If your latest utility bill was shockingly high, it's not just a fluke. The energy bill for average single-family homes is about $2,200 a year, according to the ENERGY STAR® website. That includes the cost of running electronics and appliances as well as heating, cooling and lighting. By managing your utility use and making some small upgrades to your home, you can slash your bills by hundreds of dollars or more.
If you live in an area with scorching-hot summers, it's hard to resist running the air conditioner all day long. That uses a large amount of energy though, so it's smart to find other ways to keep cool indoors.
Cover your home's windows with thick, opaque curtains that block out the sun's rays. When cooking, use the oven only in the morning or evening after the sun has set. Use ceiling fans and floor fans to keep rooms cool without air conditioning. Keep heat-emitting appliances, such as TVs or lamps, away from your thermostat so they don't make the thermostat "think" your home is hotter than it really is.
Replace your air-conditioning filter monthly if it's a fiberglass variety. If it's made of foam, wash it with cool water, let it dry and then reinstall it. Check windows and door seals for air leaks and seal any you find. When you're ready to upgrade to a new air conditioner, buy one with an inverter. Some inverter models, for example, offer an "economic" mode that saves up to 50 percent more energy than non-inverter air conditioners. Other models feature a nighttime mode that automatically adjusts temperature as you sleep, using up to 36 percent less energy compared to standard cooling modes.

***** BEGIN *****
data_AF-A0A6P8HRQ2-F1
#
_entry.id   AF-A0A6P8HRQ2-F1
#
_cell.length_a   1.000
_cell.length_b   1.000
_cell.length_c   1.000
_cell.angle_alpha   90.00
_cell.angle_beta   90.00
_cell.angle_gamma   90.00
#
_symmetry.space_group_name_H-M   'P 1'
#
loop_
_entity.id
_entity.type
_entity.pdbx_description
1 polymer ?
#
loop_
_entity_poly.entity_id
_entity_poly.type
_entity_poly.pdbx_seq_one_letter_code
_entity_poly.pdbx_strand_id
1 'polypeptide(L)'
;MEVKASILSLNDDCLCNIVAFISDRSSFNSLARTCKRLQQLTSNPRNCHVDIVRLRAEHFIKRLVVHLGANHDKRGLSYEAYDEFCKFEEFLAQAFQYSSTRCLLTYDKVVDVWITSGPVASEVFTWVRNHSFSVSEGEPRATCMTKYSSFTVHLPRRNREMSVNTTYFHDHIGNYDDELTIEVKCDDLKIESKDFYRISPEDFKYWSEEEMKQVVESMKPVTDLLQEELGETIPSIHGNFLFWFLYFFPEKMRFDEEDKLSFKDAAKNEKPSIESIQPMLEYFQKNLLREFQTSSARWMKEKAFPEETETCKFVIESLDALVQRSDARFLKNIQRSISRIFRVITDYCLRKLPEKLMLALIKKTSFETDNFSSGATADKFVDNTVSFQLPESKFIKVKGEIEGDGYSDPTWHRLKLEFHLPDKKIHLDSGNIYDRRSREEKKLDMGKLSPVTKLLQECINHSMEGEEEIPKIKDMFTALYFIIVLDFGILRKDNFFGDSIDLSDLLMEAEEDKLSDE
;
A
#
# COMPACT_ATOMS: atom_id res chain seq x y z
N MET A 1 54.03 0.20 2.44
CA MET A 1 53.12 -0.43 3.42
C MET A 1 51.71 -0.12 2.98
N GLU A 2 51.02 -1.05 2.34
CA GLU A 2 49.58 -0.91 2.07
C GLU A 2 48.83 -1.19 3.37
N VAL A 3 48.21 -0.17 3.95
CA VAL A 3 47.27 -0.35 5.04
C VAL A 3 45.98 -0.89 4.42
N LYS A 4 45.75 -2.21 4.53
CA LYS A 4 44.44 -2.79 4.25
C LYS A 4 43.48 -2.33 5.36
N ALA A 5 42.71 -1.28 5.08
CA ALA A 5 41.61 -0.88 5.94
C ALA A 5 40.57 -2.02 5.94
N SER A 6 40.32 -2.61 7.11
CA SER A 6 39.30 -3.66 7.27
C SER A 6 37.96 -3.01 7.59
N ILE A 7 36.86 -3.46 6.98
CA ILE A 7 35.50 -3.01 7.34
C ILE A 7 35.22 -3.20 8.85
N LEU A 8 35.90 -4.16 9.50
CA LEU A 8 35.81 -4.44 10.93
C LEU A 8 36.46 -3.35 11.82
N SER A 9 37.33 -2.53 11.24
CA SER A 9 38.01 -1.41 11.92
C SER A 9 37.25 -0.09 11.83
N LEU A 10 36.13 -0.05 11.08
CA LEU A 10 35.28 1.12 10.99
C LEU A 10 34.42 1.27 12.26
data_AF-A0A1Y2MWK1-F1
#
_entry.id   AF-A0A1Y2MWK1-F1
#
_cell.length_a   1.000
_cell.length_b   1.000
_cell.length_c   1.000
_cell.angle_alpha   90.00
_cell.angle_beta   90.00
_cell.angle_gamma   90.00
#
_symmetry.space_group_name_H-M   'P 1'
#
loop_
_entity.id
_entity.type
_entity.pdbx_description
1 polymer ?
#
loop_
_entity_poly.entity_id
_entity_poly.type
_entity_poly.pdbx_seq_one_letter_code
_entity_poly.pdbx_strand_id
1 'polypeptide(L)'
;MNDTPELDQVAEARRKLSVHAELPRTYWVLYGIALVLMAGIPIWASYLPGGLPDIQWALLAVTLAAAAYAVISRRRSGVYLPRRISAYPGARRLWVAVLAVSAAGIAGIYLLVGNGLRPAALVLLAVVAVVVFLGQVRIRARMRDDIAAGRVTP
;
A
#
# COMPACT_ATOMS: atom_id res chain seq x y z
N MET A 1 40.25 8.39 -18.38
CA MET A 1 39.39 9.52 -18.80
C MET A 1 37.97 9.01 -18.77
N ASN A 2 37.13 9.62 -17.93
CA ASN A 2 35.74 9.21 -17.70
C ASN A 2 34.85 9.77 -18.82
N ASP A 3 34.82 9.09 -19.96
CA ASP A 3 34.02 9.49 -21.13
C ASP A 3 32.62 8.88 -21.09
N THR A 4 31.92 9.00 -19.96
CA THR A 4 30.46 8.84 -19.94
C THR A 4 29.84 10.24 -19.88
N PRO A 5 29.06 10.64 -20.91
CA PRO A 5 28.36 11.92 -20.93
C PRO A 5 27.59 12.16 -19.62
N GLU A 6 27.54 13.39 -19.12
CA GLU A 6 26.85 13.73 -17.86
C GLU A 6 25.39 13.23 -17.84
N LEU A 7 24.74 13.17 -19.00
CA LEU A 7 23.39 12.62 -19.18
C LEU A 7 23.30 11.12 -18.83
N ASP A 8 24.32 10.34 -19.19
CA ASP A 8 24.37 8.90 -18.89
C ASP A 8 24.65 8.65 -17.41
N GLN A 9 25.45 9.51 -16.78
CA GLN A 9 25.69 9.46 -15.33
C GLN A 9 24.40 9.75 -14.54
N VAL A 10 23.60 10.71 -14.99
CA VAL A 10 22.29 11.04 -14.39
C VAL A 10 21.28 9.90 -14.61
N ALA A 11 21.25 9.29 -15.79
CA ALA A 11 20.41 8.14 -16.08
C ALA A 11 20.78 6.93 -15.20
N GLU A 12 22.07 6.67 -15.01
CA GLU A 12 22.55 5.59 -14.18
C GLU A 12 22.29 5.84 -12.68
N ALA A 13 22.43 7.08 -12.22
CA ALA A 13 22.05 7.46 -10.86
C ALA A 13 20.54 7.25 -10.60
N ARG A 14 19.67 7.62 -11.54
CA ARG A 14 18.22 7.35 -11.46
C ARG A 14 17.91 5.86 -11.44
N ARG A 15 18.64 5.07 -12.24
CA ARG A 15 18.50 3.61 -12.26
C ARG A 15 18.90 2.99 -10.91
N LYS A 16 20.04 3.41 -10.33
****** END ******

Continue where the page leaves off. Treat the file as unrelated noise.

A toasty-warm home is a great comfort during frosty winter nights, but that coziness comes at a price. Keep high electric bills at bay by installing a programmable thermostat. Set the thermostat to lower the temperature by about 10 degrees at night. You should also turn down the thermostat if you're planning to leave your home for more than four hours.
Large appliances use large amounts of energy. If you're in the market for a new appliance, buy an ENERGY STAR-qualified model, many of which also have an "economy" setting for smaller jobs that require less power. For example, some dishwashers automatically stop the wash cycle when they detect clean dishes or detect the level of soil and use the appropriate cycle and water temperature for each load.
If you have space, consider purchasing a large-capacity washing machine. Washers with a 5.0 cubic foot capacity, for example, can launder up to 2.6 baskets of clothes per load. Look for a washer that has a silver-wash feature. These washers get clothes clean by spraying them with antibacterial nano-silver particles, letting you sanitize garments in cold water instead of hot.
Water bills don't usually run as high as power bills, but that doesn't mean you shouldn't be mindful of your consumption. When bathing, skip tub baths and opt for showers instead. Don't leave the water running when rinsing produce, brushing your teeth or shaving.
When you're ready to buy a new washing machine, get a front-load model. Compared to top-load washers, front-load machines cost approximately $0.21 less to run per wash.
Consider installing a low-flush toilet or low-flow shower head. Low-flush toilets use just one to two gallons of water per flush, cutting water use by up to 50 percent.
Computer and TV Screens
A large computer monitor is great for watching movies or playing games on the computer, but it can also be an energy hog. When purchasing a monitor, look for one that has a motion sensor or light sensor to dim the monitor based on ambient lighting or when you're not at the computer. You can also opt for a preset energy-saving mode.
When buying a new TV, purchase a model that meets Energy Star 3.0 standards or higher. Some qualifying models use about 40 percent less energy than standard TVs of similar size. Most new TVs have a power-saving mode that lets you adjust the brightness manually. Some change brightness automatically depending on the surrounding light.
Photo Credits: Victor Houglin/Demand Media
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